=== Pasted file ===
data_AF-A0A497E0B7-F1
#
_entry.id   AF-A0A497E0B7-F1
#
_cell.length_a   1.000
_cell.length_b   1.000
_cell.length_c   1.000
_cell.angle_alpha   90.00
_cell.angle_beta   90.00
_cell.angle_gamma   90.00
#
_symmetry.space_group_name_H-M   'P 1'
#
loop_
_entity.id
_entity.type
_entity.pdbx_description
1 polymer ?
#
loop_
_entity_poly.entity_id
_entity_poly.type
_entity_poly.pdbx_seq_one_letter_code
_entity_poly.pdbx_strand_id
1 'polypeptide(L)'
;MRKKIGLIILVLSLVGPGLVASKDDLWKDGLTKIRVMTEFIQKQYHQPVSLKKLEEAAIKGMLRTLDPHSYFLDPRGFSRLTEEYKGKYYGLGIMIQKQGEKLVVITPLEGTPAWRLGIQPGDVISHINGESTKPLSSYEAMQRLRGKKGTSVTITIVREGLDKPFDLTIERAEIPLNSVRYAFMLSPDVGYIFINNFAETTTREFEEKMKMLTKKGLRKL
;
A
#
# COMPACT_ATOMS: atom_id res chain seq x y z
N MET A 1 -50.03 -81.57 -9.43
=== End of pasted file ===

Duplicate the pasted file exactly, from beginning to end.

data_AF-A0A497E0B7-F1
#
_entry.id   AF-A0A497E0B7-F1
#
_cell.length_a   1.000
_cell.length_b   1.000
_cell.length_c   1.000
_cell.angle_alpha   90.00
_cell.angle_beta   90.00
_cell.angle_gamma   90.00
#
_symmetry.space_group_name_H-M   'P 1'
#
loop_
_entity.id
_entity.type
_entity.pdbx_description
1 polymer ?
#
loop_
_entity_poly.entity_id
_entity_poly.type
_entity_poly.pdbx_seq_one_letter_code
_entity_poly.pdbx_strand_id
1 'polypeptide(L)'
;MRKKIGLIILVLSLVGPGLVASKDDLWKDGLTKIRVMTEFIQKQYHQPVSLKKLEEAAIKGMLRTLDPHSYFLDPRGFSRLTEEYKGKYYGLGIMIQKQGEKLVVITPLEGTPAWRLGIQPGDVISHINGESTKPLSSYEAMQRLRGKKGTSVTITIVREGLDKPFDLTIERAEIPLNSVRYAFMLSPDVGYIFINNFAETTTREFEEKMKMLTKKGLRKL
;
A
#
# COMPACT_ATOMS: atom_id res chain seq x y z
N MET A 1 -50.03 -81.57 -9.43